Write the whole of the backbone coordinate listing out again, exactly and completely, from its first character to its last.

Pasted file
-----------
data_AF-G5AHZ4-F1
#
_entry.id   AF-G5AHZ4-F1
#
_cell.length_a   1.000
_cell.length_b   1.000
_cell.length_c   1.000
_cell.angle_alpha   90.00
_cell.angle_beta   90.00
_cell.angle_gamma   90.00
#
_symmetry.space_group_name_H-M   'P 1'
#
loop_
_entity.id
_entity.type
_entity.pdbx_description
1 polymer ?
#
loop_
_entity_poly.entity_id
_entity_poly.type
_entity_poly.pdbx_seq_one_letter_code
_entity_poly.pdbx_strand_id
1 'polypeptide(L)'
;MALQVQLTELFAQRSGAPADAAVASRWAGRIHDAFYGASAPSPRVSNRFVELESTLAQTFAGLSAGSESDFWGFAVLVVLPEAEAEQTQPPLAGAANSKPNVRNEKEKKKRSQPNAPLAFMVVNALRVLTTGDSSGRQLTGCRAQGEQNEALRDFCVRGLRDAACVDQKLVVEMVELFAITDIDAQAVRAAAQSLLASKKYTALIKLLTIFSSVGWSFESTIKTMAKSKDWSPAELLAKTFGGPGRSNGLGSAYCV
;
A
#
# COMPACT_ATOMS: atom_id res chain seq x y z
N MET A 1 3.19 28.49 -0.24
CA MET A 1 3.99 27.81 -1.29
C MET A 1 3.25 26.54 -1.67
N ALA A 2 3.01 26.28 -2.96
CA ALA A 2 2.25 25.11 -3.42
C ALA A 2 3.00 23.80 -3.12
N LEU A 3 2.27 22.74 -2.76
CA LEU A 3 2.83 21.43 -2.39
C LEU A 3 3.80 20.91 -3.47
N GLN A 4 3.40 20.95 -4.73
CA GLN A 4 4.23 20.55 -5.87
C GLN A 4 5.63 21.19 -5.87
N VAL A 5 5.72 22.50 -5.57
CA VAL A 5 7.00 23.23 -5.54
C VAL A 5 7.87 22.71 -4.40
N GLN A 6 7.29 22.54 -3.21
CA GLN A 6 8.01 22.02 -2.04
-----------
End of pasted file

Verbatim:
data_AF-G5AHZ4-F1
#
_entry.id   AF-G5AHZ4-F1
#
_cell.length_a   1.000
_cell.length_b   1.000
_cell.length_c   1.000
_cell.angle_alpha   90.00
_cell.angle_beta   90.00
_cell.angle_gamma   90.00
#
_symmetry.space_group_name_H-M   'P 1'
#
loop_
_entity.id
_entity.type
_entity.pdbx_description
1 polymer ?
#
loop_
_entity_poly.entity_id
_entity_poly.type
_entity_poly.pdbx_seq_one_letter_code
_entity_poly.pdbx_strand_id
1 'polypeptide(L)'
;MALQVQLTELFAQRSGAPADAAVASRWAGRIHDAFYGASAPSPRVSNRFVELESTLAQTFAGLSAGSESDFWGFAVLVVLPEAEAEQTQPPLAGAANSKPNVRNEKEKKKRSQPNAPLAFMVVNALRVLTTGDSSGRQLTGCRAQGEQNEALRDFCVRGLRDAACVDQKLVVEMVELFAITDIDAQAVRAAAQSLLASKKYTALIKLLTIFSSVGWSFESTIKTMAKSKDWSPAELLAKTFGGPGRSNGLGSAYCV
;
A
#
# COMPACT_ATOMS: atom_id res chain seq x y z
N MET A 1 3.19 28.49 -0.24
CA MET A 1 3.99 27.81 -1.29
C MET A 1 3.25 26.54 -1.67
N ALA A 2 3.01 26.28 -2.96
CA ALA A 2 2.25 25.11 -3.42
C ALA A 2 3.00 23.80 -3.12
N LEU A 3 2.27 22.74 -2.76
CA LEU A 3 2.83 21.43 -2.39
C LEU A 3 3.80 20.91 -3.47
N GLN A 4 3.40 20.95 -4.73
CA GLN A 4 4.23 20.55 -5.87
C GLN A 4 5.63 21.19 -5.87
N VAL A 5 5.72 22.50 -5.57
CA VAL A 5 7.00 23.23 -5.54
C VAL A 5 7.87 22.71 -4.40
N GLN A 6 7.29 22.54 -3.21
CA GLN A 6 8.01 22.02 -2.04